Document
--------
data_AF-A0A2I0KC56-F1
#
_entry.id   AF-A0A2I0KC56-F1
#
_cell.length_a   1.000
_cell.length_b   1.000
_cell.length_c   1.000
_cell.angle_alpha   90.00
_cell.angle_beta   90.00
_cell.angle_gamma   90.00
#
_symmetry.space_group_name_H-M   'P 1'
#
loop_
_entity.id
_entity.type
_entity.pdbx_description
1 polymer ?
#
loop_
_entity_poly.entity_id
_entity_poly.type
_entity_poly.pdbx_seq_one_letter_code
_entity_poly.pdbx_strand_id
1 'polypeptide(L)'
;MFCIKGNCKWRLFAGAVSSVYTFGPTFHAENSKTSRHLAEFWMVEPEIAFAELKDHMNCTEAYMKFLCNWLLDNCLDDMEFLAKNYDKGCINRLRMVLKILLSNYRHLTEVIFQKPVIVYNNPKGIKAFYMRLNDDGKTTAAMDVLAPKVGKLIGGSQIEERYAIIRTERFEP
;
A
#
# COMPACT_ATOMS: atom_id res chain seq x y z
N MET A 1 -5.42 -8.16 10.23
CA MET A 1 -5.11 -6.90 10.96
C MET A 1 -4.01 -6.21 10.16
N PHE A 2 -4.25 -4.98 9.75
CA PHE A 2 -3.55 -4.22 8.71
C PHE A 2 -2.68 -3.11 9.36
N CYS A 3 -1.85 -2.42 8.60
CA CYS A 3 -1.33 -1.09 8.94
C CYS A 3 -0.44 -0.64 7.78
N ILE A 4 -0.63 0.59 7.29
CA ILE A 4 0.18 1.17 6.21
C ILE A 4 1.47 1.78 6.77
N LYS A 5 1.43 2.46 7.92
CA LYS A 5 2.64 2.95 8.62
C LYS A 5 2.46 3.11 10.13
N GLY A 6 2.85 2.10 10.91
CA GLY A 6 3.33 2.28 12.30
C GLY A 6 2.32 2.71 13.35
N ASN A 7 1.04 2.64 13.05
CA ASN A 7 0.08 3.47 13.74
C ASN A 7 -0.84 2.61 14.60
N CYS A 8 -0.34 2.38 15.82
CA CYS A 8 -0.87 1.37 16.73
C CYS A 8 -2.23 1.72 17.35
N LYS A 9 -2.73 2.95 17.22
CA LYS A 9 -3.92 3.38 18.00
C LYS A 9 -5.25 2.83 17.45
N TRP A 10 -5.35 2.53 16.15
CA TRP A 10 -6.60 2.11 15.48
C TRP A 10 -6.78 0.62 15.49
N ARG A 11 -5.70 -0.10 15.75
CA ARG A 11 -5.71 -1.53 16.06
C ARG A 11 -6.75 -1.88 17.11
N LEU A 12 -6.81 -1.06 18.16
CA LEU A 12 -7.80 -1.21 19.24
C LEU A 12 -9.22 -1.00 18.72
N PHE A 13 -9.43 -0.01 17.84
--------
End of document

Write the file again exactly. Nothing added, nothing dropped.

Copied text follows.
data_AF-A0A2I0KC56-F1
#
_entry.id   AF-A0A2I0KC56-F1
#
_cell.length_a   1.000
_cell.length_b   1.000
_cell.length_c   1.000
_cell.angle_alpha   90.00
_cell.angle_beta   90.00
_cell.angle_gamma   90.00
#
_symmetry.space_group_name_H-M   'P 1'
#
loop_
_entity.id
_entity.type
_entity.pdbx_description
1 polymer ?
#
loop_
_entity_poly.entity_id
_entity_poly.type
_entity_poly.pdbx_seq_one_letter_code
_entity_poly.pdbx_strand_id
1 'polypeptide(L)'
;MFCIKGNCKWRLFAGAVSSVYTFGPTFHAENSKTSRHLAEFWMVEPEIAFAELKDHMNCTEAYMKFLCNWLLDNCLDDMEFLAKNYDKGCINRLRMVLKILLSNYRHLTEVIFQKPVIVYNNPKGIKAFYMRLNDDGKTTAAMDVLAPKVGKLIGGSQIEERYAIIRTERFEP
;
A
#
# COMPACT_ATOMS: atom_id res chain seq x y z
N MET A 1 -5.42 -8.16 10.23
CA MET A 1 -5.11 -6.90 10.96
C MET A 1 -4.01 -6.21 10.16
N PHE A 2 -4.25 -4.98 9.75
CA PHE A 2 -3.55 -4.22 8.71
C PHE A 2 -2.68 -3.11 9.36
N CYS A 3 -1.85 -2.42 8.60
CA CYS A 3 -1.33 -1.09 8.94
C CYS A 3 -0.44 -0.64 7.78
N ILE A 4 -0.63 0.59 7.29
CA ILE A 4 0.18 1.17 6.21
C ILE A 4 1.47 1.78 6.77
N LYS A 5 1.43 2.46 7.92
CA LYS A 5 2.64 2.95 8.62
C LYS A 5 2.46 3.11 10.13
N GLY A 6 2.85 2.10 10.91
CA GLY A 6 3.33 2.28 12.30
C GLY A 6 2.32 2.71 13.35
N ASN A 7 1.04 2.64 13.05
CA ASN A 7 0.08 3.47 13.74
C ASN A 7 -0.84 2.61 14.60
N CYS A 8 -0.34 2.38 15.82
CA CYS A 8 -0.87 1.37 16.73
C CYS A 8 -2.23 1.72 17.35
N LYS A 9 -2.73 2.95 17.22
CA LYS A 9 -3.92 3.38 18.00
C LYS A 9 -5.25 2.83 17.45
N TRP A 10 -5.35 2.53 16.15
CA TRP A 10 -6.60 2.11 15.48
C TRP A 10 -6.78 0.62 15.49
N ARG A 11 -5.70 -0.10 15.75
CA ARG A 11 -5.71 -1.53 16.06
C ARG A 11 -6.75 -1.88 17.11
N LEU A 12 -6.81 -1.06 18.16
CA LEU A 12 -7.80 -1.21 19.24
C LEU A 12 -9.22 -1.00 18.72
N PHE A 13 -9.43 -0.01 17.84